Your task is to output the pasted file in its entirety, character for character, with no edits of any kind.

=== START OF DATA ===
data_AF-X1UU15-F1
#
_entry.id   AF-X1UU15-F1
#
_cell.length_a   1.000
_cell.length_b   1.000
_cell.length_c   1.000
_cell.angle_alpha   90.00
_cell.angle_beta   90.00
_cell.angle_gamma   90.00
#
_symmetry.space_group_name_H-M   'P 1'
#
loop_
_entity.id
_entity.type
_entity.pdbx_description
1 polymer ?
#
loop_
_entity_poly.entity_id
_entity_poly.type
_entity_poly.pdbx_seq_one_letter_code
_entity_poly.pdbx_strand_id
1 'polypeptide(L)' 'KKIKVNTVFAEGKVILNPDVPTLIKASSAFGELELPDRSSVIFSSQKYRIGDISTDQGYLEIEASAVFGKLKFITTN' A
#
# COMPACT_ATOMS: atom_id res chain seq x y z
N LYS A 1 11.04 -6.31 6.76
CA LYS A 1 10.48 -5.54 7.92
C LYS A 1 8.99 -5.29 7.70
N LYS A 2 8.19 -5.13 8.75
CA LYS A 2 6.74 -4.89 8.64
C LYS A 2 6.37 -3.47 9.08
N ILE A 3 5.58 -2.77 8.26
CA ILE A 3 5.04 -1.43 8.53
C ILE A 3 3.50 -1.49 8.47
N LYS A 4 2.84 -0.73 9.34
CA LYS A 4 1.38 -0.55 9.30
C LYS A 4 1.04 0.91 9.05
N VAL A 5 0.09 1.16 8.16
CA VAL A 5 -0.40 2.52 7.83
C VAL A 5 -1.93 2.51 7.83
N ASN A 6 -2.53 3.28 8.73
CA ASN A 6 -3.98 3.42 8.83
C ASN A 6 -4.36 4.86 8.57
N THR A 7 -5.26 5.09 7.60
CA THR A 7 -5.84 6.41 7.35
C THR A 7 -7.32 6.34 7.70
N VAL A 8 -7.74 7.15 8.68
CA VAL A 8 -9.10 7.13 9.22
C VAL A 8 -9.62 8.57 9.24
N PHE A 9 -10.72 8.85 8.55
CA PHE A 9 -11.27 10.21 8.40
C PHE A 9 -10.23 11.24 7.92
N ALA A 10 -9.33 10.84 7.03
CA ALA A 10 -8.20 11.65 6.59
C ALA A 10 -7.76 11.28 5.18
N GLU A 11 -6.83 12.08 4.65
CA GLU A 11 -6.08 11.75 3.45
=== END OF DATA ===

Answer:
data_AF-X1UU15-F1
#
_entry.id   AF-X1UU15-F1
#
_cell.length_a   1.000
_cell.length_b   1.000
_cell.length_c   1.000
_cell.angle_alpha   90.00
_cell.angle_beta   90.00
_cell.angle_gamma   90.00
#
_symmetry.space_group_name_H-M   'P 1'
#
loop_
_entity.id
_entity.type
_entity.pdbx_description
1 polymer ?
#
loop_
_entity_poly.entity_id
_entity_poly.type
_entity_poly.pdbx_seq_one_letter_code
_entity_poly.pdbx_strand_id
1 'polypeptide(L)' 'KKIKVNTVFAEGKVILNPDVPTLIKASSAFGELELPDRSSVIFSSQKYRIGDISTDQGYLEIEASAVFGKLKFITTN' A
#
# COMPACT_ATOMS: atom_id res chain seq x y z
N LYS A 1 11.04 -6.31 6.76
CA LYS A 1 10.48 -5.54 7.92
C LYS A 1 8.99 -5.29 7.70
N LYS A 2 8.19 -5.13 8.75
CA LYS A 2 6.74 -4.89 8.64
C LYS A 2 6.37 -3.47 9.08
N ILE A 3 5.58 -2.77 8.26
CA ILE A 3 5.04 -1.43 8.53
C ILE A 3 3.50 -1.49 8.47
N LYS A 4 2.84 -0.73 9.34
CA LYS A 4 1.38 -0.55 9.30
C LYS A 4 1.04 0.91 9.05
N VAL A 5 0.09 1.16 8.16
CA VAL A 5 -0.40 2.52 7.83
C VAL A 5 -1.93 2.51 7.83
N ASN A 6 -2.53 3.28 8.73
CA ASN A 6 -3.98 3.42 8.83
C ASN A 6 -4.36 4.86 8.57
N THR A 7 -5.26 5.09 7.60
CA THR A 7 -5.84 6.41 7.35
C THR A 7 -7.32 6.34 7.70
N VAL A 8 -7.74 7.15 8.68
CA VAL A 8 -9.10 7.13 9.22
C VAL A 8 -9.62 8.57 9.24
N PHE A 9 -10.72 8.85 8.55
CA PHE A 9 -11.27 10.21 8.40
C PHE A 9 -10.23 11.24 7.92
N ALA A 10 -9.33 10.84 7.03
CA ALA A 10 -8.20 11.65 6.59
C ALA A 10 -7.76 11.28 5.18
N GLU A 11 -6.83 12.08 4.65
CA GLU A 11 -6.08 11.75 3.45